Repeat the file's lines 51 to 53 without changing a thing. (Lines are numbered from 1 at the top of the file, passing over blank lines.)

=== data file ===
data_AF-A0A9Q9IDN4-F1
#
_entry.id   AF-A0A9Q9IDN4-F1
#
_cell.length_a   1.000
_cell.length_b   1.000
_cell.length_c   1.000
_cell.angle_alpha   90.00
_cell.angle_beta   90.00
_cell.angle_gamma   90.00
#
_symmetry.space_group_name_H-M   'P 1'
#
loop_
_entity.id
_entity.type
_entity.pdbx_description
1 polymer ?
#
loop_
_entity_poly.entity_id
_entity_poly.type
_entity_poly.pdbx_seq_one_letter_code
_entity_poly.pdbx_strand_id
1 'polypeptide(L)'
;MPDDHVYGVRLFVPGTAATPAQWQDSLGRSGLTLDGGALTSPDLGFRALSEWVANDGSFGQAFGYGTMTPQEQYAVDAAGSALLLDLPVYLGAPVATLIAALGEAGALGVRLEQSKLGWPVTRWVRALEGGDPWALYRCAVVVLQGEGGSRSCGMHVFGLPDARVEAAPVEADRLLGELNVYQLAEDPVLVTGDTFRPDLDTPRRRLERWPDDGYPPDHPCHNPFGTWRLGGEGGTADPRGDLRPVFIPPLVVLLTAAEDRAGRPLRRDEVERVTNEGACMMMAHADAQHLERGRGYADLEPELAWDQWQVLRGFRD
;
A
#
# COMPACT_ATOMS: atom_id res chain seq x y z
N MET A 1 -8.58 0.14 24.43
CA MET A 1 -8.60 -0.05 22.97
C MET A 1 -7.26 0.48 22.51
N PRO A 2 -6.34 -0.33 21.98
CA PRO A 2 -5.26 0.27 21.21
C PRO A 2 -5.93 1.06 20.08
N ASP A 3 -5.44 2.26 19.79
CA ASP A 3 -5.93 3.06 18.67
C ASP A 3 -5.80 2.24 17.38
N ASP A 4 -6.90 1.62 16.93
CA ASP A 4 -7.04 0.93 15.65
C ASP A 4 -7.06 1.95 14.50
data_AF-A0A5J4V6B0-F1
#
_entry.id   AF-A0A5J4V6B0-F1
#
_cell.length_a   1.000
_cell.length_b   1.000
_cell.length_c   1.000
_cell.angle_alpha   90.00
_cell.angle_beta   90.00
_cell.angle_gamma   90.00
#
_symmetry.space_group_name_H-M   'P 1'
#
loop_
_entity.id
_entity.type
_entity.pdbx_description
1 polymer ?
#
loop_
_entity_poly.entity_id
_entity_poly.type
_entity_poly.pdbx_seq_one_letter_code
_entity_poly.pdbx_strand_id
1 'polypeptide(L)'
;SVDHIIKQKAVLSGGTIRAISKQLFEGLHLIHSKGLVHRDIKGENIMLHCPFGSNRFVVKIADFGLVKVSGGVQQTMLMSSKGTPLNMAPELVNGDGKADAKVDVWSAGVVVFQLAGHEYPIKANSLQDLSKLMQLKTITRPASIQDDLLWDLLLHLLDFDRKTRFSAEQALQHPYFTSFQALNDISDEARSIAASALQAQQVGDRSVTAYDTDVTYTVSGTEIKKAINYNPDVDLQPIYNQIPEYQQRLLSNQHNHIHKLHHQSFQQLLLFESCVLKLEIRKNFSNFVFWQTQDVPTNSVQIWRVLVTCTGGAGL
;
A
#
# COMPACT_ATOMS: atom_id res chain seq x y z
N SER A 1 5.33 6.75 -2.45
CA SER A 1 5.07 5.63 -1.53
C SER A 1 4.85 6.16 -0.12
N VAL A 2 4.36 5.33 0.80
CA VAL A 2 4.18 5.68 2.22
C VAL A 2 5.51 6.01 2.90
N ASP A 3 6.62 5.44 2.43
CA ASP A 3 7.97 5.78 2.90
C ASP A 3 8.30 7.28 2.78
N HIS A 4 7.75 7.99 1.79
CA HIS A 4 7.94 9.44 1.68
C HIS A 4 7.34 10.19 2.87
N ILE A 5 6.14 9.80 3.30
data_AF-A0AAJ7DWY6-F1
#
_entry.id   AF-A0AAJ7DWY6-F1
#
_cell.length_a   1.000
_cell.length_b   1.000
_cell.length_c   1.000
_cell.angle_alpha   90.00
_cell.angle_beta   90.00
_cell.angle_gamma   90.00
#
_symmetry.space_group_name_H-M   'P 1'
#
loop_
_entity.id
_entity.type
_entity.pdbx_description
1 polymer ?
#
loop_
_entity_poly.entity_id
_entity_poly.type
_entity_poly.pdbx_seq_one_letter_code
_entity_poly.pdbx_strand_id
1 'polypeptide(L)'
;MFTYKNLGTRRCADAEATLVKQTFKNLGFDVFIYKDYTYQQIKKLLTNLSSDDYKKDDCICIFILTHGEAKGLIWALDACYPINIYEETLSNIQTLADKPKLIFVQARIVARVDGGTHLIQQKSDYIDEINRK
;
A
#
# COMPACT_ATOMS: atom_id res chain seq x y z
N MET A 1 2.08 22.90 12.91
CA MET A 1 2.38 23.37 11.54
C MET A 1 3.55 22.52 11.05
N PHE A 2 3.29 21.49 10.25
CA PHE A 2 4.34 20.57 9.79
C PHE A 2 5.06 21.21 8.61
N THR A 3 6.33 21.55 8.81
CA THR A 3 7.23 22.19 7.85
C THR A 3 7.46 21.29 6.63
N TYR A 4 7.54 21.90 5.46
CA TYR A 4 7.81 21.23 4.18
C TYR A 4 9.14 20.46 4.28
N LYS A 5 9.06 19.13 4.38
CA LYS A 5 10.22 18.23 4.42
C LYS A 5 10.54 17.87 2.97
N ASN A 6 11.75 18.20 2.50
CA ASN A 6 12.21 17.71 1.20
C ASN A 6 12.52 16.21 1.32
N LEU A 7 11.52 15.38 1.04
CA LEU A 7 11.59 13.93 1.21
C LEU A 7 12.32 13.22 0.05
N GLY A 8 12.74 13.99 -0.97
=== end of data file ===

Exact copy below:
_cell.angle_beta   90.00
_cell.angle_gamma   90.00
#